Recommended for: Read in July 2021 ★ ★ ★ ★
Suzanne Palmer has been one of my authors to watch, and the first two books in this series are a lot of fun. The Scavenger Door closes a door on Fergus Ferguson’s adventures, although you know the saying about doors and windows. It’s an interesting book, taking a close look at Fergus’ Earth connections but his ‘finding’ challenges are less personal than the earlier books. It leads to a particular narrative schisms that lack the same emotional resonance as the earlier books.
Fergus is adventure personified, but being on Earth has him full of feels, particularly guilt about his past and other’s exposure to his hazardous life. This leads to strange reflective pieces that have little to do with the mission at hand. Think of it, as it were, as the thoughts that fill one’s head during the moments driving to and from work. However, I’m not sure I particularly enjoyed those feelings as a refrain, the thoughts we have time and time again. I certainly got tired of hearing his, and welcomed the moments where he appeared to have an emotional breakthrough, as rare as they were. “Isla’s complaint that he was taking his gift too passively seemed to have legitimate cause… He was, he thought, very attached to his particular ideas of who he was, even if he was sure they were mostly wrong. The only thing he was sure about, in what he thought was a minimally biased way, was that he was good at finding things.”
It’s a good thing Fergus is good at finding things, because he has been handed an extensive agenda by the alien Ignatio. I confess, when I realized the extent of the tasks, I experienced a flashback to that moment watching Speed when–spoiler alert–I realized Sandra still wasn’t safe and now had to deal with a runaway subway car. Emotionally full, and ready to move on, or at least, stop and reflect. Alas, it wasn’t to be. That’s not to say the individual episodes aren’t fun, amusing, or challenging, because they are. It’s just to say that I lack a certain endurance for that kind of marathon task and would like to be home and tucked in bed by midnight.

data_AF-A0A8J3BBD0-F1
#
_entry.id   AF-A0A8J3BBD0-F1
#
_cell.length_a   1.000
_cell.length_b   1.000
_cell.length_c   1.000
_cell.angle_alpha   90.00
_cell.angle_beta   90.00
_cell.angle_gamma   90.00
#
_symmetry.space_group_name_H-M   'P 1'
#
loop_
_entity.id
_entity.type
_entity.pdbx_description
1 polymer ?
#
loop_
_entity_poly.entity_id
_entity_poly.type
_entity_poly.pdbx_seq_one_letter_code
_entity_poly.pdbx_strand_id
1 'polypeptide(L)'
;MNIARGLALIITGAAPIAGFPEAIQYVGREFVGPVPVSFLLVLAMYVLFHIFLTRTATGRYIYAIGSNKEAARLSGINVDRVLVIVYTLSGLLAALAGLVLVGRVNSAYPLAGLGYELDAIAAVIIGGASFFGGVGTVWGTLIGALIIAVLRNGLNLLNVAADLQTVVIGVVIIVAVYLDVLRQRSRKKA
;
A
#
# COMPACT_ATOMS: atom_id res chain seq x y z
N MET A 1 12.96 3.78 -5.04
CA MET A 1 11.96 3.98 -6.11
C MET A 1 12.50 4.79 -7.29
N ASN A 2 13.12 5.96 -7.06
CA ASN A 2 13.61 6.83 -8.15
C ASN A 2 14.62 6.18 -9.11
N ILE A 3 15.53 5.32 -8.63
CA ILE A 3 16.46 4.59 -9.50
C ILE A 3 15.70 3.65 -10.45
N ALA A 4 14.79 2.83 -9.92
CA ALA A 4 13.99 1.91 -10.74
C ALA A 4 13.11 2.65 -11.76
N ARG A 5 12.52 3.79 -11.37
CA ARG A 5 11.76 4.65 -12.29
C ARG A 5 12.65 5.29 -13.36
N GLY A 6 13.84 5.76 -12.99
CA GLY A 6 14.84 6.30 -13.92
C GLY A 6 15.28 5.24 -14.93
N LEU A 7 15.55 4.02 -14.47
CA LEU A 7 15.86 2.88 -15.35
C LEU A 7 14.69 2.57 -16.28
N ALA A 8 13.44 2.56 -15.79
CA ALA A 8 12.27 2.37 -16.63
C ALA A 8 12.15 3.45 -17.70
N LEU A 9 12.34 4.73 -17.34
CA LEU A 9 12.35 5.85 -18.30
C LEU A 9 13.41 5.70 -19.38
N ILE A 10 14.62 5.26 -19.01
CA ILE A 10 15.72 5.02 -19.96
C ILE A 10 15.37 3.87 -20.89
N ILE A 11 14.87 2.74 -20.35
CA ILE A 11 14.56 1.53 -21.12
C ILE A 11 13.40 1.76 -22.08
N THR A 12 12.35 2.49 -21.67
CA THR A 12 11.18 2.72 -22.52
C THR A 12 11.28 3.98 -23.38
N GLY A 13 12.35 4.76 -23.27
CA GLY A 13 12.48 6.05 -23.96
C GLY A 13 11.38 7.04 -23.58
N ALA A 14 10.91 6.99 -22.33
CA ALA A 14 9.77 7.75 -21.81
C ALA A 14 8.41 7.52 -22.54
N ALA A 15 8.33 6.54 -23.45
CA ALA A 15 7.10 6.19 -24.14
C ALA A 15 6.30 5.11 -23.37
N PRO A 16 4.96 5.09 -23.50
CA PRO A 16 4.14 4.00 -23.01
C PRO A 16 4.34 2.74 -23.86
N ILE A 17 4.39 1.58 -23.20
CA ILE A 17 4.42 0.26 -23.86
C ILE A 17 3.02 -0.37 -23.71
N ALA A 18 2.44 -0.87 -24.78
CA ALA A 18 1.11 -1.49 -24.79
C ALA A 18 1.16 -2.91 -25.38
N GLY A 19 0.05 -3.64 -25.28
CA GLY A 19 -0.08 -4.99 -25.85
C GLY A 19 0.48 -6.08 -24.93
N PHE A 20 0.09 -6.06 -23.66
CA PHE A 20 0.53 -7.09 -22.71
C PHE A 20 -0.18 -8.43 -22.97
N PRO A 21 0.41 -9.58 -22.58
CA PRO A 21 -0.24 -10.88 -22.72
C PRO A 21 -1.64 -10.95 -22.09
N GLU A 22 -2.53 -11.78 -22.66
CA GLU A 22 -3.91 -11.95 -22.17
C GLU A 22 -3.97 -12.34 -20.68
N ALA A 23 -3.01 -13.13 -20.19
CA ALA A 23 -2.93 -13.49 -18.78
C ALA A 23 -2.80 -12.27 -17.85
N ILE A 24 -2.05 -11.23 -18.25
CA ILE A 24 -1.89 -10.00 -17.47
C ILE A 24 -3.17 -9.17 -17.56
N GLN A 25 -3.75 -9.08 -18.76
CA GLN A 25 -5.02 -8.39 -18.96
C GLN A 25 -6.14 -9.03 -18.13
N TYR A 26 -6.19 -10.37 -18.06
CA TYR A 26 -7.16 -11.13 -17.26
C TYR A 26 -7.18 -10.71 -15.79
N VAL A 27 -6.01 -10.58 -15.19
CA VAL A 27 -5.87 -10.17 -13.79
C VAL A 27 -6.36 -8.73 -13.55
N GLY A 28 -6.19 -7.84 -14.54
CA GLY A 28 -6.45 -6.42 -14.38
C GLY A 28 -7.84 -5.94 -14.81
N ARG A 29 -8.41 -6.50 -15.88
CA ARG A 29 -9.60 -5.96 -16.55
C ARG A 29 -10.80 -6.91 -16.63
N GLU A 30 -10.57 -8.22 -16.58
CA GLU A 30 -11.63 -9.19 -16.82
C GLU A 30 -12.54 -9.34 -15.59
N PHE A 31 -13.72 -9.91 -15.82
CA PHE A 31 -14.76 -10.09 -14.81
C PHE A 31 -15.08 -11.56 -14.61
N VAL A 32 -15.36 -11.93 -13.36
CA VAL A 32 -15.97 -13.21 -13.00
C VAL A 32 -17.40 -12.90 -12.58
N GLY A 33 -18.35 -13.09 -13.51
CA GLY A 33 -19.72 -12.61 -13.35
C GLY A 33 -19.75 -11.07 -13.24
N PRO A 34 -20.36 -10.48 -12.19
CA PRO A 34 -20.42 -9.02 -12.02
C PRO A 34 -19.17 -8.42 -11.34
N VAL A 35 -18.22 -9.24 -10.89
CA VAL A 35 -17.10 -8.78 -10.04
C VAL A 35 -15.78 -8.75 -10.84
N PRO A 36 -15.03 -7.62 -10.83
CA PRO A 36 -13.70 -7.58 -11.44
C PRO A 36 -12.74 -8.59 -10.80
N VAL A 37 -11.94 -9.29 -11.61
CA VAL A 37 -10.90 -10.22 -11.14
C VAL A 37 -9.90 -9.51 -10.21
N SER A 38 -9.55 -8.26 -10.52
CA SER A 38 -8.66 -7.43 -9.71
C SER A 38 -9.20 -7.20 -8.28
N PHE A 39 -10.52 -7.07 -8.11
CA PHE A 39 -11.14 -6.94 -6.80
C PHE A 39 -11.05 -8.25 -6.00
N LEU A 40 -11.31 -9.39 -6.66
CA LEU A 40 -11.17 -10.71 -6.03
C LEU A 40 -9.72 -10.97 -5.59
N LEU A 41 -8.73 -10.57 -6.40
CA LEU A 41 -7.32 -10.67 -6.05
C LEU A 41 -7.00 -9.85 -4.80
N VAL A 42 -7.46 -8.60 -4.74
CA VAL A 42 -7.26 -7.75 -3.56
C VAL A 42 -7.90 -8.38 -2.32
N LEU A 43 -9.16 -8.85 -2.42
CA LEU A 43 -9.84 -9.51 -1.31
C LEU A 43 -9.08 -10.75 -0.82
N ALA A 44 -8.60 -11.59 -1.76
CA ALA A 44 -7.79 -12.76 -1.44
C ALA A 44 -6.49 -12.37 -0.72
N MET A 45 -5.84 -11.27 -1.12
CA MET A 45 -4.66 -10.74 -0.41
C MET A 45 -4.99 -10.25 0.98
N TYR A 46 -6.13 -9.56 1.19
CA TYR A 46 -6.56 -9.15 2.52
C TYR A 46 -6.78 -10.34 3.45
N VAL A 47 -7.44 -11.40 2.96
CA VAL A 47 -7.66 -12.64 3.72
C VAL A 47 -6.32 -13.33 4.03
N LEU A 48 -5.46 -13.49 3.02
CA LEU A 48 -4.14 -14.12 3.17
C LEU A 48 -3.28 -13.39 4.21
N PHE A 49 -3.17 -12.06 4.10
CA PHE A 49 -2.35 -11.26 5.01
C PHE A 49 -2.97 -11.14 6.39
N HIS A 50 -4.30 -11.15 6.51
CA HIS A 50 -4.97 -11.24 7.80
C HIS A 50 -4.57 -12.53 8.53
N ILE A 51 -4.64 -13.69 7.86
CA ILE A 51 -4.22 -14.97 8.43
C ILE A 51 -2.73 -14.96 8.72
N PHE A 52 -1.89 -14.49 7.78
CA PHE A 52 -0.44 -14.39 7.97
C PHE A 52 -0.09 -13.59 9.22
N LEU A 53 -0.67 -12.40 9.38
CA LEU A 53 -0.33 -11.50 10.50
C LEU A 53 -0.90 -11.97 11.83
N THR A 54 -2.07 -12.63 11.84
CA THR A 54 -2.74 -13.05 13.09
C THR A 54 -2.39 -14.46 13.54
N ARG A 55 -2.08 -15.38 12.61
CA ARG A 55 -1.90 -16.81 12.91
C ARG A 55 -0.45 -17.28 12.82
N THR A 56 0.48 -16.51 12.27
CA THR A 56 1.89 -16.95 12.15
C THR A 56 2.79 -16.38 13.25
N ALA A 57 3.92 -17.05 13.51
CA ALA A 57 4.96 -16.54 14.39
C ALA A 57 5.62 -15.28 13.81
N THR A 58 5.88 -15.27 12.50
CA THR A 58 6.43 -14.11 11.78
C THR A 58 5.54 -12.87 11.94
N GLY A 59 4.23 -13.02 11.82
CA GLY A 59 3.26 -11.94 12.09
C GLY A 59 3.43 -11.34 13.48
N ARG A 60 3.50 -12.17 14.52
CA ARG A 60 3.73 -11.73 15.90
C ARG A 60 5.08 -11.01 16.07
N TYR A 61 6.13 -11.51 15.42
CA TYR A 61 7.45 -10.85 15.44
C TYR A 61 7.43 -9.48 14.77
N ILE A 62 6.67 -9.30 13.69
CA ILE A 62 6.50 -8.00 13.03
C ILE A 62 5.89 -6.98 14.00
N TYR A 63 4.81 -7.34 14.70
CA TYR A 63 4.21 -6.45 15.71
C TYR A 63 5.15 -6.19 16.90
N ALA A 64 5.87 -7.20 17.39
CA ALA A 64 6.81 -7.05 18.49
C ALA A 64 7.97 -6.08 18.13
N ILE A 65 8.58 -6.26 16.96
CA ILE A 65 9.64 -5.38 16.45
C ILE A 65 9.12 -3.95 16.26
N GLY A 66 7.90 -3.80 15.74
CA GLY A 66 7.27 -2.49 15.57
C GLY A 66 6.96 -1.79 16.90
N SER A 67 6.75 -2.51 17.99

Nonetheless, there’s no way that complaint should be construed as not enjoying the book. It’s just a lot, but that’s gonna happen when you have to save the universe. And seriously, I should have been expecting it, as Finder was a non-stop adventure from one end of the known planet systems to another.
It’s a good thing that I really enjoy Palmer’s writing and the tone. I’m definitely a fan of how she puts both words and ideas together, particularly that sly little humorous tone that comes about, but without needing to spell things out for the reader.
“Sorry if I’ve inconvenienced you,” Fergus said, feeling not sorry at all.
“Oh no, not at all!” the agent said, as if there had been no sarcasm in Fergus’s words. “Chaos is a delight. Without it, nothing new would ever be born, or learnt, or dreamt. But it must be considered. Not by you, I mean; it’s all way over your head.”
I’m definitely in the fan club, and if I don’t read this quite as many times as I read first two, it’s only because it’s so packed, I’d really like something a little less effusive. And because sometimes Star Wars is all you need.
Many, many thanks to both Netgalley and DAW for the advance reader copy. Of course all opinions are my own–you ever know me to be a mouthpiece for someone else? Also, of course, all quotes are subject to change. But I think they give nice insight into the thoughtful and entertaining writing.